Friday, December 16, 2016

If teacher unions are the problem, why are wealthy suburban parents trying to clout their kids into CPS?

Rauner wasn't the first or last to game the system.
QUESTION... If Chicago Public Schools are so awful -- the fault of the teachers union of course --why are so many wealthy suburbanites trying to get their kids into CPS/CTU schools through the back door?

Yes, we all know how our billionaire Gov. Rauner did it back in '08 when he made his now-famous phone call to then-CEO Arne Duncan. 

From Greg Hinz at Crain's:
Mr. Rauner changed his voting residence from Winnetka, where his wife continued to live, to a condominium on East Randolph Street. I kept asking why, not content with the answer I got back that the Rauners just were getting more active in the city.
As it turns out, in establishing residence in the city, Mr. Rauner also established the right of his daughter to attend a Chicago public school. But not just any school. She could have gone to New Trier, since mom still lived in Winnetka and New Trier is pretty highly rated itself. But Payton is rated better.
There only was one problem, the sources say: Her test scores, academic record and other factors weren't good enough to get her into Payton...Her application was denied. So dad called Mr. Duncan, a Duncan aide called the Payton principal and she was admitted. 
IG Tom Sullivan claimed he investigated but never released his report. Something about "privacy rights". Then Rauner made the whole thing go away when he dropped a $250,000 donation on Payton.

Now IG Nicholas Schuler says that rich parents are still trying to game the system.
Eighteen students were caught trying to get into selective schools using sham addresses within Chicago to give them an advantage by disguising their wealthier addresses in neighborhoods like Edgebrook, Forest Glen and Beverly. One family even changed their address to one in a poorer neighborhood after their son received results from his admissions test.
 The public school system affords more leeway in its admissions to poor children to give them a fair shot when competing against wealthier families for a spot in one of the district’s elite test-in high schools. But Schuler called CPS’ requirement to prove residency once, when the child applies, instead of looking at the family’s historic socio-economic situation is a “critical weakness of the tier-selection system.”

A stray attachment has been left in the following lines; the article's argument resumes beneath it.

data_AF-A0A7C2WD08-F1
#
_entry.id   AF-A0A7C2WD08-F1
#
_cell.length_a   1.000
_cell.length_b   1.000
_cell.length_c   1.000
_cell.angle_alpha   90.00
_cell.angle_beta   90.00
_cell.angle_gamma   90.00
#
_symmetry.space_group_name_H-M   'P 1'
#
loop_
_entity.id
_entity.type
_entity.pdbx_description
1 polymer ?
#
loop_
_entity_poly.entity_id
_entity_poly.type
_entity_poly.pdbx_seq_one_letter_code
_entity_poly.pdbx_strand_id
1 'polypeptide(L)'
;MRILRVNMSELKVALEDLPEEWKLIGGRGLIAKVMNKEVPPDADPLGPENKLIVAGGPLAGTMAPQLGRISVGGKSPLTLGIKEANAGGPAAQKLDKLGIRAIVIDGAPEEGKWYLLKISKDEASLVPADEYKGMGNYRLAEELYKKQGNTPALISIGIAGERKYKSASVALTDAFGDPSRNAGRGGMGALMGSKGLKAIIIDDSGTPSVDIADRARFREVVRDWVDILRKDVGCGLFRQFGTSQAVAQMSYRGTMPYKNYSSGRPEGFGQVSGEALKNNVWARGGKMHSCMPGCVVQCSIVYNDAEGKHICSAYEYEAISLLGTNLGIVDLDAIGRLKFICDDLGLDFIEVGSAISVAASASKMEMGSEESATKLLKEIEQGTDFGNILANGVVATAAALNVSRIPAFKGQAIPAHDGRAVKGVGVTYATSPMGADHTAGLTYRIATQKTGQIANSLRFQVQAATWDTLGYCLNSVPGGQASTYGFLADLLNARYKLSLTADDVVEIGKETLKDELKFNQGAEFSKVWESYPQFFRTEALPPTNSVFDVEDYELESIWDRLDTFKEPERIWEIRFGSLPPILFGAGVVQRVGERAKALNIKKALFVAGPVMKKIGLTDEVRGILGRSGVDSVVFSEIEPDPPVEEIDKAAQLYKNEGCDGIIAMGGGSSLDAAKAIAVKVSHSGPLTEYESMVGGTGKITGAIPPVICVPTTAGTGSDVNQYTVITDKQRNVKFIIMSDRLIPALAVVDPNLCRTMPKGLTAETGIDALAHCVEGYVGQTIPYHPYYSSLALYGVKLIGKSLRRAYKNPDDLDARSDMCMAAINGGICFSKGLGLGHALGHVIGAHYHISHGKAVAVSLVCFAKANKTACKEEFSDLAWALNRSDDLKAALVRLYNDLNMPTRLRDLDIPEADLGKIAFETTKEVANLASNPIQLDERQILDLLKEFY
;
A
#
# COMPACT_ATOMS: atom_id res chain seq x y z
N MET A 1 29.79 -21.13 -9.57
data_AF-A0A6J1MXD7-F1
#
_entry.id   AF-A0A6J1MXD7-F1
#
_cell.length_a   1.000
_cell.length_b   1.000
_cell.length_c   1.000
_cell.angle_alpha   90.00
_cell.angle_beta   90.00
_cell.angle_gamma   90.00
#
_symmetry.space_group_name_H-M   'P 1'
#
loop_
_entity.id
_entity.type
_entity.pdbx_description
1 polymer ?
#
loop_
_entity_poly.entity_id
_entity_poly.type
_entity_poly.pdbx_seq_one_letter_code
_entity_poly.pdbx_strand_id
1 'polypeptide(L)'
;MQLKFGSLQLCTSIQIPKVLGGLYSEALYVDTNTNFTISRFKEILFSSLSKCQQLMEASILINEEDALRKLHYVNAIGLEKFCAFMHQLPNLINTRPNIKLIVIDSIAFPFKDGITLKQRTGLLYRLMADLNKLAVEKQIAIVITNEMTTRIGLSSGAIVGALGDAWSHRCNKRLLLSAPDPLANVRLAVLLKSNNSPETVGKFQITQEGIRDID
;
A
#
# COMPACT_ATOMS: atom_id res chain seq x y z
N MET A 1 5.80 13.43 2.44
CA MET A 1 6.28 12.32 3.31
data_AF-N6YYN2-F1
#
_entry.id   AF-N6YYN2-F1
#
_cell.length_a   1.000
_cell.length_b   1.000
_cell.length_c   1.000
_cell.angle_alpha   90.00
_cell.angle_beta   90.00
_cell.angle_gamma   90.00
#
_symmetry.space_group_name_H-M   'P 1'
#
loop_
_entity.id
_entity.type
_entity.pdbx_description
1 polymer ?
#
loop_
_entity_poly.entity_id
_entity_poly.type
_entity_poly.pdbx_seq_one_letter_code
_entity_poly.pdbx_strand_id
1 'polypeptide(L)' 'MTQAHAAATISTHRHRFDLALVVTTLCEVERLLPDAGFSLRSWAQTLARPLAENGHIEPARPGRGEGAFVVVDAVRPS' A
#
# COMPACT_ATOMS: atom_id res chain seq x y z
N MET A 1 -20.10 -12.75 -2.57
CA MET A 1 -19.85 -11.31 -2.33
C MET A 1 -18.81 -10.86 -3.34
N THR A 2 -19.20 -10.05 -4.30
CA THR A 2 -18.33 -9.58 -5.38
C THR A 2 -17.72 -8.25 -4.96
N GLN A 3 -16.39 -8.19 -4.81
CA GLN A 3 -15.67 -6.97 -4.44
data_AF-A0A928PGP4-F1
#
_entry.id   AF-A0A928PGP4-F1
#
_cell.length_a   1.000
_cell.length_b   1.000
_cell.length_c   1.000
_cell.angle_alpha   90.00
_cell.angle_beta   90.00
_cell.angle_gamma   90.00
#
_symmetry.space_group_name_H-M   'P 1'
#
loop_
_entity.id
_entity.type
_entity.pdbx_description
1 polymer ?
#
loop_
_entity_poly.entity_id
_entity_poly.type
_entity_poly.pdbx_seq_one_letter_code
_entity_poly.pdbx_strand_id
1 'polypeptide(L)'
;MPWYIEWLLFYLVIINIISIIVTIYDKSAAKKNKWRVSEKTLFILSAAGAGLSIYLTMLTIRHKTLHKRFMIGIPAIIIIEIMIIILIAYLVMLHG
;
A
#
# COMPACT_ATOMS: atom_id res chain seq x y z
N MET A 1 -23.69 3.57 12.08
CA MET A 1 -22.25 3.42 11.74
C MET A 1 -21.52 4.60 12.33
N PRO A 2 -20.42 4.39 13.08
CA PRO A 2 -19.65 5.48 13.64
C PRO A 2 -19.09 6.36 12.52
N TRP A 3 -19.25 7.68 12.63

No, they're not trying to buy or clout their way into the host of non-union, privately-run charter schools, not even the one that bears the governor's name. It's the limited spots in the selective-enrollment schools they're after. A better class of students, they think. And after all, isn't that what a two-tier, market-driven education system is all about?

S-T's Lauren Fitzpatrick's addendum to the story:
Noticeably absent [from Schuler's report] were updates about two pending cases: The contract fraud case of former CEO Barbara Byrd-Bennett, who awaits sentencing on a federal fraud charge in April, and a separate probe into possible ethics violations by the board’s general counsel, Ronald Marmer, who, the Sun-Times has reported, has overseen work awarded to his former law firm that continues to pay him severance.
In an unusual public airing of grievances, Schuler told Board of Ed members last week that the Marmer case had stalled after CPS officials withheld documents and witnesses, citing attorney-client privilege.

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